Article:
2023 will be a more complicated year according to the World Bank
Inflation and the war in Ukraine will surely have a negative impact on global economic growth, as it is expected to slow to 1.7% in 2023, 1.3 percentage points lower than forecast last June, the World Bank said yesterday in its latest World Economic Outlook. This would be the third-lowest global growth in nearly 30 years.
The world is facing shocks such as high inflation, rising interest rates, sluggish investment and the Ukrainian crisis, growth is slowing “to the point that the global economy is dangerously close to falling into recession,” the report said.
The sharp decline reflects “a synchronized tightening of (monetary) policy to contain very high inflation,” as well as deteriorating financial conditions, declining confidence and energy disruptions, the Washington-based institution said.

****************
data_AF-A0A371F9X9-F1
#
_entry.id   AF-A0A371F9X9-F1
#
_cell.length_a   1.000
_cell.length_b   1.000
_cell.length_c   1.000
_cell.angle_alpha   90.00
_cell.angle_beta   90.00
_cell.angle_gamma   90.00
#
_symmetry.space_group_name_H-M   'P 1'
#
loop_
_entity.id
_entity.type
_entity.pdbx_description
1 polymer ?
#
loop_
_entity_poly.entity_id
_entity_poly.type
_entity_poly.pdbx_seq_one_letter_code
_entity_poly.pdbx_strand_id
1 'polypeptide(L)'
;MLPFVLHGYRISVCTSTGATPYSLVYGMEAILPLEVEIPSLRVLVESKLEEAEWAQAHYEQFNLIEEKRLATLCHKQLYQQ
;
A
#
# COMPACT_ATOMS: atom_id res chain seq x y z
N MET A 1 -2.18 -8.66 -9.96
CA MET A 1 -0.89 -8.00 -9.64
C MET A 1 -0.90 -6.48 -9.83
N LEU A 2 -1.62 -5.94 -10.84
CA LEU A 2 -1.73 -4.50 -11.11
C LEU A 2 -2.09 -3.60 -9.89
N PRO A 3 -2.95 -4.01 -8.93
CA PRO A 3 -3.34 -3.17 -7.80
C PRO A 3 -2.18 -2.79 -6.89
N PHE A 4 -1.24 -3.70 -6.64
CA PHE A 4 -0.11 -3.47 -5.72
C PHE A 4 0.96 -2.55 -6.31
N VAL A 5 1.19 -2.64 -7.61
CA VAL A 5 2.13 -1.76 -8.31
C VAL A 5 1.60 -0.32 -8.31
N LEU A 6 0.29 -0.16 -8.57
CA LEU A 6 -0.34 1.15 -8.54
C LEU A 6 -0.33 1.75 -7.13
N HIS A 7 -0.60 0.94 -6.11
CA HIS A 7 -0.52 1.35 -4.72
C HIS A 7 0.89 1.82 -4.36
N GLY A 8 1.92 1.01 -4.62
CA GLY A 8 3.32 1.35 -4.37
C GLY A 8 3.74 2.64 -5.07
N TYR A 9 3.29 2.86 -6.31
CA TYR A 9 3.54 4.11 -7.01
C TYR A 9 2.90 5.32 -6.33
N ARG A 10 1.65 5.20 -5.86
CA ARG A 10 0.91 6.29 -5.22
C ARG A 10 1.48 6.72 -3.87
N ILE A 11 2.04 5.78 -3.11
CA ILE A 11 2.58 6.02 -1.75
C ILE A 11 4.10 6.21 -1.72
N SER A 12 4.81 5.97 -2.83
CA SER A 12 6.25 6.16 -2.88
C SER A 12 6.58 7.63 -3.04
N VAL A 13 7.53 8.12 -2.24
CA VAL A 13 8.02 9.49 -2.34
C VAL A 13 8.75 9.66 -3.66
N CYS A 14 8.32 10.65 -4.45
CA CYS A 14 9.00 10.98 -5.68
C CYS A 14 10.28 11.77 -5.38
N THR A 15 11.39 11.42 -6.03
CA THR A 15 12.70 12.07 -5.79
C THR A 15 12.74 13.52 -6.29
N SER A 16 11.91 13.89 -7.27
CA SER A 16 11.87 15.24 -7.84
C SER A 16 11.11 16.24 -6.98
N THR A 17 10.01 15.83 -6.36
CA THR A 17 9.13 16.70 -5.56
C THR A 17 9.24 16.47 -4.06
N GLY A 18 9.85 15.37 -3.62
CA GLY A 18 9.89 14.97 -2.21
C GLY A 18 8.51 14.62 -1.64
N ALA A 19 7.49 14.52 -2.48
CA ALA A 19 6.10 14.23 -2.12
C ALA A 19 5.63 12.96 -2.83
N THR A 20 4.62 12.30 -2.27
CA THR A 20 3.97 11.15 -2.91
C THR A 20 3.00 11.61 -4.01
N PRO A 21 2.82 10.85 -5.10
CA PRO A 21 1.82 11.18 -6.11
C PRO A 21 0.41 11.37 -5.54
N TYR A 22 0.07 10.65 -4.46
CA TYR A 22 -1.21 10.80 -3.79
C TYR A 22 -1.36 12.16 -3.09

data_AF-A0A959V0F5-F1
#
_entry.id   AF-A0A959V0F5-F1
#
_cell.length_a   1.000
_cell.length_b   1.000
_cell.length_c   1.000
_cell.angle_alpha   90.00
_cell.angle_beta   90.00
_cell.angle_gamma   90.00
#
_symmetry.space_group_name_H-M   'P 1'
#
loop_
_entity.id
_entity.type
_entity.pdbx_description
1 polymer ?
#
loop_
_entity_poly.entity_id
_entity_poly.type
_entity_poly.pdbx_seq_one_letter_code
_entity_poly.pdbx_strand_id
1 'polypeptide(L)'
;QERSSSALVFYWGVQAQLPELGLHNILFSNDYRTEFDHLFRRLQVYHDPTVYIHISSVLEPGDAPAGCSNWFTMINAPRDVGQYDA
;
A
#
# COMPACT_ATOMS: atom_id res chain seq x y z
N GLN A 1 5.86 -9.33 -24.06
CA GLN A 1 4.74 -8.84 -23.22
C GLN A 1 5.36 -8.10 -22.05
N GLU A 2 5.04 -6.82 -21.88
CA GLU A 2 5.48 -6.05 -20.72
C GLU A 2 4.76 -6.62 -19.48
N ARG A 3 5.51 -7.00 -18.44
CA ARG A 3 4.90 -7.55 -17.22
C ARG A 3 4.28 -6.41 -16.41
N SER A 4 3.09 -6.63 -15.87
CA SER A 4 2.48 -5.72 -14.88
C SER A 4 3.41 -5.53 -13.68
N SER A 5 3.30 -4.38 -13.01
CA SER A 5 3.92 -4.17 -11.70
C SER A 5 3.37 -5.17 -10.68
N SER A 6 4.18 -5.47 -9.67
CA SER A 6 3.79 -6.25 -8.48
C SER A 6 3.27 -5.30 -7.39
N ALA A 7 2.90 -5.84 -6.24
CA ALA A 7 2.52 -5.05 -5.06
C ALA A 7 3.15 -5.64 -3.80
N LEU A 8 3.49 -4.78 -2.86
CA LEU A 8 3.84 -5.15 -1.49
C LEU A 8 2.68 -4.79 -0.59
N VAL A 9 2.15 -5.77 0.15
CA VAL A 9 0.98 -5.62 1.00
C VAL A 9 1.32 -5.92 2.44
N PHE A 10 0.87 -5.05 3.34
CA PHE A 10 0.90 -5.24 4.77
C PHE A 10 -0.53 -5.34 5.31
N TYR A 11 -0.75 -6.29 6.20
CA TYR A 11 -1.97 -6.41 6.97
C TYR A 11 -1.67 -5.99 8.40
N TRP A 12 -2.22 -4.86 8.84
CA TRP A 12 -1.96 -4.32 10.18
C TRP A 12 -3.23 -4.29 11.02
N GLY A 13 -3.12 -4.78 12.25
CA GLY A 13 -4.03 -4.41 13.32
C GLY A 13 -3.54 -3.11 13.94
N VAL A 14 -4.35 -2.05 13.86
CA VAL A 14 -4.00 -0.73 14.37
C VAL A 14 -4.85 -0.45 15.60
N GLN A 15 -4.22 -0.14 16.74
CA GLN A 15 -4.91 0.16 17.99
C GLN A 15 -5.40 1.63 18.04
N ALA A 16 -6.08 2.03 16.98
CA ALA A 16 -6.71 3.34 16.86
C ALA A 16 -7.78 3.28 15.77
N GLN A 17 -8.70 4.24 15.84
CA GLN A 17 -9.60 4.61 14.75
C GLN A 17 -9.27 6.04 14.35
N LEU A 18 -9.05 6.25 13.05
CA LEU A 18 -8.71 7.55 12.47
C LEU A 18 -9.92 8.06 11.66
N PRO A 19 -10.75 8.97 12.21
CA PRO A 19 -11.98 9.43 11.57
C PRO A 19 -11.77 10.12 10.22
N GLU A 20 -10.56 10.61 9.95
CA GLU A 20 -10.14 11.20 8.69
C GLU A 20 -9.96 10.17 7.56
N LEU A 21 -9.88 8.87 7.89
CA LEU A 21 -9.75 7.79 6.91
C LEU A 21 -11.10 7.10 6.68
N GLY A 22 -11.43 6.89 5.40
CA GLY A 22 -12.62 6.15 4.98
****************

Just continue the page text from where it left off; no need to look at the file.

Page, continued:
It is clear that these are forecasts for 2023 and despite the fact that it will be a year barely less gloomy than those marked by a full recession in 2009 and 2020, the World Bank nevertheless expects a rebound in 2024 with a growth of 2.7%.
Going forward, the World Bank estimates that the developed economies will grow by 0.5% this year (compared to the 1.7% anticipated last June). For the eurozone, zero growth is expected, compared with the 1.9% previously forecast.
For emerging and developing countries, the institution expects a slowdown to 3.4%, 0.8 percentage points less than the June forecast.
The shock is significant, as the World Bank had predicted that global trade would grow by 1.6% in 2023, compared with forecasts six months earlier of 4.3%.
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